David Muhlbaum: Sure, of course, regular maintenance is no surprise. That’s the key point. Looking at that owner’s manual, knowing that maintenance schedule, and following it. One big thing for many cars around a hundred-thousand-mile mark or a little bit before is that the timing belt and some associated parts often need to be replaced. That’s a really critical one, because on many cars if the timing belt goes, it’s pretty much the end of the engine. What was a thousand-dollar maintenance is a multi-thousand-dollar replacement.
Steve Pomeranz: Regular maintenance is extremely important and in the early years you’re saying it’s the timing belt. When you get past a hundred thousand miles it seems to me there’s going to be some other … How many parts does an engine really have? It’s thousands right?
David Muhlbaum: Thousands but you don’t have to replace every one of them, thankfully. A lot of car maintenance schedules that I just referred to, a lot of times once they get past a hundred or a hundred fifty thousand miles it’s sort of like shampoo, lather, rinse, repeat. You might just have, “Oh, look, oil change again. Oil change again.” The fact is after a hundred thousand miles certain things are going to need to be replaced. You with your mechanic might want to take a proactive look and think, “You know this wasn’t specified on the maintenance schedule, but maybe we want to do it, just in case.”
Steve Pomeranz: What is the benefit of having, building your own maintenance schedule with a certified mechanic because I think after a certain amount of miles the car manual doesn’t really address it anymore.
David Muhlbaum: Right, you want to find someone you trust because Lord knows there’s enough service desks out there selling stuff that you don’t need. One of the gems of the internet is that there’s a car forum out there for just about every car on the planet. With a little help from what a friend of mine refers to as, “YouTube You” you can find out a whole lot about what people who have your car, think are the important things to address. Then bring those up with your mechanic.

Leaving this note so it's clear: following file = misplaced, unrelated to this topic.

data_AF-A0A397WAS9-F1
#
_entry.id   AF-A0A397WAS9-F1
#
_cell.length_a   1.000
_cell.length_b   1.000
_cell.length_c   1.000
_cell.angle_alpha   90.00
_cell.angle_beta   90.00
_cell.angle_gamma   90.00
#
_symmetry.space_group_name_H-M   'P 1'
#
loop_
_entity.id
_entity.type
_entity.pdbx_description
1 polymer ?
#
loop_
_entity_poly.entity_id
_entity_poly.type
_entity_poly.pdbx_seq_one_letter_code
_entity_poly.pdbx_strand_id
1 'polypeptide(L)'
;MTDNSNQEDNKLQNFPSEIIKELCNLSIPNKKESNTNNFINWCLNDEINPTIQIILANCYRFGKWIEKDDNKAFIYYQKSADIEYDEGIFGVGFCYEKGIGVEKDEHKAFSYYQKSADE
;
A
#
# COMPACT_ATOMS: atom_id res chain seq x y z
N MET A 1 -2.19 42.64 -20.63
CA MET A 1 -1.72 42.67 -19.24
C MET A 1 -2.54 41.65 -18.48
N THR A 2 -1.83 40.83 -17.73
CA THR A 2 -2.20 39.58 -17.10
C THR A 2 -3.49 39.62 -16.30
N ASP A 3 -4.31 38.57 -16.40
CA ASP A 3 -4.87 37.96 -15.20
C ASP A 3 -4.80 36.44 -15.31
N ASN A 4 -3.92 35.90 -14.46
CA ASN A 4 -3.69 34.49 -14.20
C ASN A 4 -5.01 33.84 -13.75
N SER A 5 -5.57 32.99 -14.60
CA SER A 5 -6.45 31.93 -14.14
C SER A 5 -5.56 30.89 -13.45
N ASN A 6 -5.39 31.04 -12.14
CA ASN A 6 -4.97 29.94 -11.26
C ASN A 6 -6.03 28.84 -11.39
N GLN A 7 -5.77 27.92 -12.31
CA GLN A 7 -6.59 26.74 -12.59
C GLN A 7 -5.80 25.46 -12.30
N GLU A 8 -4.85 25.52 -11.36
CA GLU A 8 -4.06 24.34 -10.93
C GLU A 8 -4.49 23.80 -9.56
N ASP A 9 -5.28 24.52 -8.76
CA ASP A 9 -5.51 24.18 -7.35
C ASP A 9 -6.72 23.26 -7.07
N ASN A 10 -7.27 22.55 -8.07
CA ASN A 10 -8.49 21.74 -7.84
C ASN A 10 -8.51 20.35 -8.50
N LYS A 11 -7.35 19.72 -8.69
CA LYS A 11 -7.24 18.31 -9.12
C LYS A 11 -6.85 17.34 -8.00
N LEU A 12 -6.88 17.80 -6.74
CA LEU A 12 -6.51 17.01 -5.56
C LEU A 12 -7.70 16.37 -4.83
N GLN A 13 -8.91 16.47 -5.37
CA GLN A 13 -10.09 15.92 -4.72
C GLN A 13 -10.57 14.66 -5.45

Steve Pomeranz: You’re right that you want to use your senses. Your sense of sight. Your sense of sound and smell. In what ways would you use your senses to anticipate or to recognize certain problems you may be having?
David Muhlbaum: Many people say, “Oh well, I’m not a car guy or girl. I don’t really think about these things.” You still have, you’ve got a nose, you’ve got eyes, you’ve got ears. What you want to use those for is to know what the baselines are and look for something that is uncommon, out of place.
Look under the car from time to time. Do you see a drip there on the floor that wasn’t there before? Does it smell funny or usually what people notice is, does it sound funny? Do I hear a rattle? When does the rattle happen? Does it happen when I shift into reverse? Does it happen when I push the brake, the gas et cetera? The better you are at paying attention to your car in those ways, the earlier you might find problems that could be expensive. The better you will be at explaining them or explaining what you’re experiencing to your mechanic.
Steve Pomeranz: You wrote in one of your articles that a good idea would be every time you pull out of a parking space is take a look behind and see whether there’s anything left on the ground there. If you suspect there is then maybe place some cardboard down. Let’s say you’re in your garage; drive your car on top of it and then you can see, perhaps, location-ally, where a drip might be occurring. That’s an easy thing to do and also do a pre-flight check at least once a week to make sure things are in order. Walk around your car. Have your kids step on the brake and see if the lights come one. These are typical things that we take a lot for granted. I think your sense of smell, right? If things smell funky or small a little burning when you pull out the dipstick, tell us a little about that.
David Muhlbaum: The dipstick I’m referring to is generally the automatic transmission dipstick. Fewer cars have that nowadays, more transmissions are sealed. However, you can tell something if you have one. My ten-year- old Toyota has this feature; it does have a dipstick for the automatic transmission. You can give that fluid a sniff. You can smell if it’s burned. You can actually look at it and see it’s color and condition. It could tell you something about whether it needs to be replaced.
Steve Pomeranz: Okay, that’s kind of smart. Smell, sound, sight. Be aware, listen if you start to hear a rattle or something that sounds unusual. Don’t turn the radio up to cover it. Actually pay attention. Pay attention.